Blog

Nov 23

Nodevember — A Community JS Conference

By on November 23, 2015 11:24 am

I recently attended Nodevember, a two-day JavaScript conference down in Nashville, TN. My love for JavaScript motivated me to take my attendance a step further and volunteer. As a meetup organizer, I know how much work it can be to put on a small event, and it was exciting to see what goes into hosting a large conference.

If you’ve never been to a developer conference or meetup–go. If you have been to one of those events and haven’t volunteered, I’d recommend offering your services. Organizers want and need your help and input as that’s how groups continue to work, grow, and better serve their communities.

I came down here with another developer and fellow volunteer, Jake. When we got into town we wanted to see what the kick-off party had to offer and I must say, it was fantastic meeting new people and seeing a few familiar faces as well. I briefly met the organizers of the conference and had a great conversation with one of the speakers. If you do decide to go to a conference in the future, be sure to participate as much as possible and take advantage of meeting new, awesome people!

Oct 8

Stronger JavaScript?

By on October 8, 2015 8:23 am

The V8 team (the JavaScript engine that powers Chrome, Opera, Node.js, MongoDB, etc…) are moving forward with an experiment in defining a stronger version of JavaScript that ensures that code being run is behaving well, and introducing run-time typing based on TypeScript’s typings. V8’s motivation is always performance, and a more stringent set of ECMAScript would obviously allow them to tune the engine to streamline performance, but are there other benefits?

Jun 19

Dojo + Koa

By on June 19, 2015 7:03 am

Dojo and its AMD loader provide outstanding tools for structuring a Web application on the client-side. However, the notion of “writing a JavaScript application” has widened in definition over the past few years with the increased popularity of Node.js. Though Dojo can be used in a Node.js environment with the AMD module pattern, other key frameworks have gained prominence in the server-side JavaScript space, including Express, Flatiron, Sails.js and the Dojo Foundation’s very own Persevere. These frameworks give structure and handle common tasks such as routing, template rendering, and content negotiation. Still, since most operations on a Node.js server are asynchronous, server-side JavaScript can be a complex, treacherous mess of callbacks. Enter Koa, a Node.js framework that attempts to save us from this callback hell by using ECMAScript 2015 Generators. Using Dojo on the client-side and Koa on the server-side makes for a robust, clean, and expressive application. In this post, we’ll explain what generators are and how to use Koa with Dojo for ultimate code cleanliness.

Jun 1

Multi-Platform Distribution with TypeScript

By on June 1, 2015 10:47 am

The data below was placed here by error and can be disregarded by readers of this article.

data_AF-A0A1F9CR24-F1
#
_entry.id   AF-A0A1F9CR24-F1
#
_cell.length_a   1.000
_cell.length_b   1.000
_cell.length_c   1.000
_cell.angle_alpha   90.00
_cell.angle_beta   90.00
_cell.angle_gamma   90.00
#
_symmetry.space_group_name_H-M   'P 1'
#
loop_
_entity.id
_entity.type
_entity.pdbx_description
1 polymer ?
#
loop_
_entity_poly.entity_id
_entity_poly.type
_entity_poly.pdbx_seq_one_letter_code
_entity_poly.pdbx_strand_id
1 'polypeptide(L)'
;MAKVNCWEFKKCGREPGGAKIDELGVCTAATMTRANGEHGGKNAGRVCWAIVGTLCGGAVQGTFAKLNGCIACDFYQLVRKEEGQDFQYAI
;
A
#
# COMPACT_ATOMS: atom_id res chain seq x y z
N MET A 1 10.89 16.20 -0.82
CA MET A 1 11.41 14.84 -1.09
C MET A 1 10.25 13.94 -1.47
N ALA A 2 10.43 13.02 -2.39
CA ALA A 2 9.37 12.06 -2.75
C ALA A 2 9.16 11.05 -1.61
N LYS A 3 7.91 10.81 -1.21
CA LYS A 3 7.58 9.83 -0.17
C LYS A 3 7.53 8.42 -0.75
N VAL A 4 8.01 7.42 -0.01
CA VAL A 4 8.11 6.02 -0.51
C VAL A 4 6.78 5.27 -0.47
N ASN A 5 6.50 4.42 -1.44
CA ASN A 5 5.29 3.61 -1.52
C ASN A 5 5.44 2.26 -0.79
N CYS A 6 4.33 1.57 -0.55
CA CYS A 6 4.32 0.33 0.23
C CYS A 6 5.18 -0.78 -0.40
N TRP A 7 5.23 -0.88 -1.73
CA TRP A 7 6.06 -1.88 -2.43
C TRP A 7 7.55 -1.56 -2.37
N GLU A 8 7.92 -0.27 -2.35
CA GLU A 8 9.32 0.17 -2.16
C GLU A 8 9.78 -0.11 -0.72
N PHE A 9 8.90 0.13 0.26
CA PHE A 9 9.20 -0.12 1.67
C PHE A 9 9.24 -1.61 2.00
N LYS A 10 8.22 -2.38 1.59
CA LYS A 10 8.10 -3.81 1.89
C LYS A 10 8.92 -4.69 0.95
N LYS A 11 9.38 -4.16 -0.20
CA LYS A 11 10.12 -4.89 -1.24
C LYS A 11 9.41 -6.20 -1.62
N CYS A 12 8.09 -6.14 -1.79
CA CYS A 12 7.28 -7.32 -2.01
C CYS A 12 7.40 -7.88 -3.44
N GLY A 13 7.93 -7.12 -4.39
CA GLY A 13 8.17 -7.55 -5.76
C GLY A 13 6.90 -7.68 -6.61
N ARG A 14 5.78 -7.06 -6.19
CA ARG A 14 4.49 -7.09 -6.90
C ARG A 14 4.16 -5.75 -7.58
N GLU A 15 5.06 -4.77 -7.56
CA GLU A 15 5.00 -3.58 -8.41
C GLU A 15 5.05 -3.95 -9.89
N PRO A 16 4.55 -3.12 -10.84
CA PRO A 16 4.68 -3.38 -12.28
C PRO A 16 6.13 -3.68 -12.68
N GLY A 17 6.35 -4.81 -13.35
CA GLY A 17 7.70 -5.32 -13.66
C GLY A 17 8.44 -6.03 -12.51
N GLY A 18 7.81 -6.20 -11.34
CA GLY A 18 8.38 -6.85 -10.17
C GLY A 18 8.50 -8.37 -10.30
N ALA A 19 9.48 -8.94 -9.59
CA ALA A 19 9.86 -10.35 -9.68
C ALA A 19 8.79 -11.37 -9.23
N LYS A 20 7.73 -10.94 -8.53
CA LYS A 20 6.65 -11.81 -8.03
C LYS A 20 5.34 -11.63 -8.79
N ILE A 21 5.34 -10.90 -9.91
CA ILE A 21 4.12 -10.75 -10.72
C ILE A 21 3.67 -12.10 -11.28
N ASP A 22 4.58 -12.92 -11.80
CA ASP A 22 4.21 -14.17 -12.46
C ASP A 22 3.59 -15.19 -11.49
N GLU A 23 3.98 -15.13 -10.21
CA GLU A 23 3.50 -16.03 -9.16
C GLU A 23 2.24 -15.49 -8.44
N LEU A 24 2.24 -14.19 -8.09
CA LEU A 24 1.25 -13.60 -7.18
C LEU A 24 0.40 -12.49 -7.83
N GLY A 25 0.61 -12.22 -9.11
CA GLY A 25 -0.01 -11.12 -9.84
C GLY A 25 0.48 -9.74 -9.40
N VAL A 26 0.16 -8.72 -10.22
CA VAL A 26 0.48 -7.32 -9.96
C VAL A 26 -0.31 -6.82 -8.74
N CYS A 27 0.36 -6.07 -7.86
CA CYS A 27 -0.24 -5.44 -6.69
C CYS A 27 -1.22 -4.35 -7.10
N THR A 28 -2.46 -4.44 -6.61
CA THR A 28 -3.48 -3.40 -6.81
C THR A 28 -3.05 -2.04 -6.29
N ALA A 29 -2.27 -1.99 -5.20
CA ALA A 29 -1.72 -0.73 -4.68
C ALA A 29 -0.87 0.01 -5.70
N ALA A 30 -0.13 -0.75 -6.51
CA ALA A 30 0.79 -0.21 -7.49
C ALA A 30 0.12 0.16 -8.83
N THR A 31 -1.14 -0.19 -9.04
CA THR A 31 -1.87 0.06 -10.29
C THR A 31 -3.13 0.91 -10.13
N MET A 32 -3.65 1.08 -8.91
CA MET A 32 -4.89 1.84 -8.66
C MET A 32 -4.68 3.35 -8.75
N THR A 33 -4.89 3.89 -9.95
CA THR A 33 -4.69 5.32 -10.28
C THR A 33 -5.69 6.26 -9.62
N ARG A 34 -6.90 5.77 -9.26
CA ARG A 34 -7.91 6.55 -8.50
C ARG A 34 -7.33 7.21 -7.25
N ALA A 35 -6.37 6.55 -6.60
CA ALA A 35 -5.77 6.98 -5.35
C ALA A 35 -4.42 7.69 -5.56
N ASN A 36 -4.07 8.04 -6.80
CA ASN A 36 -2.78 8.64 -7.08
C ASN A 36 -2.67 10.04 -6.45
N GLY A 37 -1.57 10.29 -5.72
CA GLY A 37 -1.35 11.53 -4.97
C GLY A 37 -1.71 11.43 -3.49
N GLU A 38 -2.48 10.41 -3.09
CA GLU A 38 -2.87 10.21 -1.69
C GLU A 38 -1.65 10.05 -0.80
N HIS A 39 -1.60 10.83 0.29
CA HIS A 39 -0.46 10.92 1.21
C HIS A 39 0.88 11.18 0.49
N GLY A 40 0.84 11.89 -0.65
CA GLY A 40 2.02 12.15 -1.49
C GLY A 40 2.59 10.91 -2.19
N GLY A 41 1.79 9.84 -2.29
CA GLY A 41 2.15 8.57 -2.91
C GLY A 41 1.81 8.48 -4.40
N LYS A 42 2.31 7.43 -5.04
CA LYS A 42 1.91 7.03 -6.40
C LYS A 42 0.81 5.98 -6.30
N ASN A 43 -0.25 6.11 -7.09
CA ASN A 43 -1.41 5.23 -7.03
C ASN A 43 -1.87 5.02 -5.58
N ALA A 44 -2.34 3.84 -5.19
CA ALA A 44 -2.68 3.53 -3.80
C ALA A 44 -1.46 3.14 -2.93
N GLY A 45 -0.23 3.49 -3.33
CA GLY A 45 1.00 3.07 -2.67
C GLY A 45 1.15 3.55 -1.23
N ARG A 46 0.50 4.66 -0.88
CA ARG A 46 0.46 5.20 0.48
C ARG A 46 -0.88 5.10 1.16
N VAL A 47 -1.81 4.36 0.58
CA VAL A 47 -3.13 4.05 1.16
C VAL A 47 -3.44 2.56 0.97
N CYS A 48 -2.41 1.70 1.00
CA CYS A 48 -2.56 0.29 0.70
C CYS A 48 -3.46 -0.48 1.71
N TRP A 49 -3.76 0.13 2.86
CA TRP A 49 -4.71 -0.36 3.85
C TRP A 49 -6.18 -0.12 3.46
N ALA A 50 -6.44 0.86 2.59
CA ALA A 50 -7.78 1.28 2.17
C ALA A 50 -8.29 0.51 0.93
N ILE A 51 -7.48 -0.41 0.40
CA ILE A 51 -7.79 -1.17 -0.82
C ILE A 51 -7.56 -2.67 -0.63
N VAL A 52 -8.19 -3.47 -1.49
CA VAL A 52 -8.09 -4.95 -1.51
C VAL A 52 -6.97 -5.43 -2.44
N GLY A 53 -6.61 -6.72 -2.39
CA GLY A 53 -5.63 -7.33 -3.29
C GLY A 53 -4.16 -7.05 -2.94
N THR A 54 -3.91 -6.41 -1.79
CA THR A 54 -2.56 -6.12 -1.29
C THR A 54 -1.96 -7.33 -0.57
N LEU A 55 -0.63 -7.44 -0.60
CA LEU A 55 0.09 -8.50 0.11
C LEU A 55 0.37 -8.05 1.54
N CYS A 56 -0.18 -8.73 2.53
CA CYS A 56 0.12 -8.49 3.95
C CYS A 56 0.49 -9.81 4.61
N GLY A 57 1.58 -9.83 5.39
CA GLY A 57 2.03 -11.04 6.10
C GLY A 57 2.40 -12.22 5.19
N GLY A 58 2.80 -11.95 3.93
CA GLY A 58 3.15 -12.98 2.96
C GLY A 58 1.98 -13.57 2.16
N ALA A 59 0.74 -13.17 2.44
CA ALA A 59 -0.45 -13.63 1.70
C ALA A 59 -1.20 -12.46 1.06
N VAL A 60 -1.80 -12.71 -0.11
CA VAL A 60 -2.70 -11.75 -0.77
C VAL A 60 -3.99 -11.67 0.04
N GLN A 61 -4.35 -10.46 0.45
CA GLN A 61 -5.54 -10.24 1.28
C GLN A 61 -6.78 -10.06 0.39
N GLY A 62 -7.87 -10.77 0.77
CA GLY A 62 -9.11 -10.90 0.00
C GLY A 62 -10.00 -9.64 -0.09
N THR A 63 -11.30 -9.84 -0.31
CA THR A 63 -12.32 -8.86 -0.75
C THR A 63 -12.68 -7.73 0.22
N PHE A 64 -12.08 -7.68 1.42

Over the past several years, JavaScript has grown to be relevant not only for rich browser applications, but also for server and console applications. Many types of JavaScript libraries can be useful on both ends of this spectrum. Dojo 2 is no exception, and one of our goals is therefore to make it as easily distributable and consumable across environments as possible.

Module Compilation in TypeScript Today

TypeScript can already help toward this goal by compiling to both the AMD and CommonJS module formats. For example, given the following simple TypeScript module:

export function myFunction() {
    // ...
}
Sep 24

EdgeConf San Francisco 2014

By on September 24, 2014 9:57 am

At many conferences, the hallway track is more interesting than the track during presentations. It’s the serendipity of a small group of people interested in solving a similar problem that run into each other and just start talking through it that makes the hallway track the most interactive experience at most conferences.
edge
EdgeConf capitalizes on these discussions by turning the hallway track into what the conference is all about! There are a selected set of topics covering emerging trends in web technologies and a panel of 5-6 people take the stage with one stepping forward to bring the audience quickly up to speed. The discussion begins!

The panelists work through a set of curated questions and there’s a system for the audience to participate and join the debate. Everyone is encouraged to spend less than a minute at a time talking, ideally 30 seconds or less. If the speaker goes over 2 minutes, there’s a nice warning across the screen on stage that tells the speaker that their time’s up. Oh, and the whole thing was streamed live! You can watch all 10 hours of coverage or read the gist below!

Jun 13

JSConf 2014 Adventures

By on June 13, 2014 12:27 pm

JSConf 2014Warm weather, ocean water, and sunburn. Yes, I just attended a JavaScript conference! JSConf is a three-day conference that has talks by a number of great speakers, split up with a “choose-your-own-adventure” day in the middle. The talks covered a wide variety of topics, from front end tooling to JavaScript robotics.